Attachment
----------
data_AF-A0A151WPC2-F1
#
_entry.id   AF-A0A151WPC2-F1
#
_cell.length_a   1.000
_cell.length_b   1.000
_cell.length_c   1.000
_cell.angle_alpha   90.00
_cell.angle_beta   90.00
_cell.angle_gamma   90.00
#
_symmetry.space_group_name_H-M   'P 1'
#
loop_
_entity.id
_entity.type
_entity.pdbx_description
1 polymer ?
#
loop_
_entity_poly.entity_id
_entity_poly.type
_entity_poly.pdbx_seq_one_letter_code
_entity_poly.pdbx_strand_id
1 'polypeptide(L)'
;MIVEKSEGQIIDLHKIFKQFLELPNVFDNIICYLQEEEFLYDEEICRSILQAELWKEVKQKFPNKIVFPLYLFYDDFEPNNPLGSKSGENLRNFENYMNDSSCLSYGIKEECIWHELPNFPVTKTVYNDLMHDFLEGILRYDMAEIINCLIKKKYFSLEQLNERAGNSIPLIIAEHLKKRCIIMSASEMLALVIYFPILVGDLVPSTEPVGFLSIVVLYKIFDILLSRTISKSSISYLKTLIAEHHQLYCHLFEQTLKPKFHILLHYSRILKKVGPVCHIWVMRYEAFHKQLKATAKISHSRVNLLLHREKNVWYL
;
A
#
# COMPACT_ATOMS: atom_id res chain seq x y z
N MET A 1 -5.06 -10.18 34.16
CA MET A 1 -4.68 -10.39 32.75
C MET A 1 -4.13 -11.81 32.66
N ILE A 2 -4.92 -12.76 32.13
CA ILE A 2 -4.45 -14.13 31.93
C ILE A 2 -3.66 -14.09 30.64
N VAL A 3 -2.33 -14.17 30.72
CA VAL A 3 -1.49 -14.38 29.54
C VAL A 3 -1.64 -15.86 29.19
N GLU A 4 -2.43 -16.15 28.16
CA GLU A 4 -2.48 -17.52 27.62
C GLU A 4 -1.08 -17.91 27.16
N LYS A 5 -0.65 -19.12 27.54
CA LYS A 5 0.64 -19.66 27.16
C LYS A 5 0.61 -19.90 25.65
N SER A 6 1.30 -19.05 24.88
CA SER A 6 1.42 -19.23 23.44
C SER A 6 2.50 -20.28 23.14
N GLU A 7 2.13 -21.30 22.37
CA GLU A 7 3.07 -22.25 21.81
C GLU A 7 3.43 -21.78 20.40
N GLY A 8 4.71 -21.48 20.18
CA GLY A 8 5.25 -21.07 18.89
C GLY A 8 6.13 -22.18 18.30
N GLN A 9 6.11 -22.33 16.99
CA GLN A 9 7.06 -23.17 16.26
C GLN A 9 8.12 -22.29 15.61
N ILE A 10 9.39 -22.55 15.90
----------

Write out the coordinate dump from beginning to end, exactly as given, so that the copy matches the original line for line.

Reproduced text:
data_AF-A0A151WPC2-F1
#
_entry.id   AF-A0A151WPC2-F1
#
_cell.length_a   1.000
_cell.length_b   1.000
_cell.length_c   1.000
_cell.angle_alpha   90.00
_cell.angle_beta   90.00
_cell.angle_gamma   90.00
#
_symmetry.space_group_name_H-M   'P 1'
#
loop_
_entity.id
_entity.type
_entity.pdbx_description
1 polymer ?
#
loop_
_entity_poly.entity_id
_entity_poly.type
_entity_poly.pdbx_seq_one_letter_code
_entity_poly.pdbx_strand_id
1 'polypeptide(L)'
;MIVEKSEGQIIDLHKIFKQFLELPNVFDNIICYLQEEEFLYDEEICRSILQAELWKEVKQKFPNKIVFPLYLFYDDFEPNNPLGSKSGENLRNFENYMNDSSCLSYGIKEECIWHELPNFPVTKTVYNDLMHDFLEGILRYDMAEIINCLIKKKYFSLEQLNERAGNSIPLIIAEHLKKRCIIMSASEMLALVIYFPILVGDLVPSTEPVGFLSIVVLYKIFDILLSRTISKSSISYLKTLIAEHHQLYCHLFEQTLKPKFHILLHYSRILKKVGPVCHIWVMRYEAFHKQLKATAKISHSRVNLLLHREKNVWYL
;
A
#
# COMPACT_ATOMS: atom_id res chain seq x y z
N MET A 1 -5.06 -10.18 34.16
CA MET A 1 -4.68 -10.39 32.75
C MET A 1 -4.13 -11.81 32.66
N ILE A 2 -4.92 -12.76 32.13
CA ILE A 2 -4.45 -14.13 31.93
C ILE A 2 -3.66 -14.09 30.64
N VAL A 3 -2.33 -14.17 30.72
CA VAL A 3 -1.49 -14.38 29.54
C VAL A 3 -1.64 -15.86 29.19
N GLU A 4 -2.43 -16.15 28.16
CA GLU A 4 -2.48 -17.52 27.62
C GLU A 4 -1.08 -17.91 27.16
N LYS A 5 -0.65 -19.12 27.54
CA LYS A 5 0.64 -19.66 27.16
C LYS A 5 0.61 -19.90 25.65
N SER A 6 1.30 -19.05 24.88
CA SER A 6 1.42 -19.23 23.44
C SER A 6 2.50 -20.28 23.14
N GLU A 7 2.13 -21.30 22.37
CA GLU A 7 3.07 -22.25 21.81
C GLU A 7 3.43 -21.78 20.40
N GLY A 8 4.71 -21.48 20.18
CA GLY A 8 5.25 -21.07 18.89
C GLY A 8 6.13 -22.18 18.30
N GLN A 9 6.11 -22.33 16.99
CA GLN A 9 7.06 -23.17 16.26
C GLN A 9 8.12 -22.29 15.61
N ILE A 10 9.39 -22.55 15.90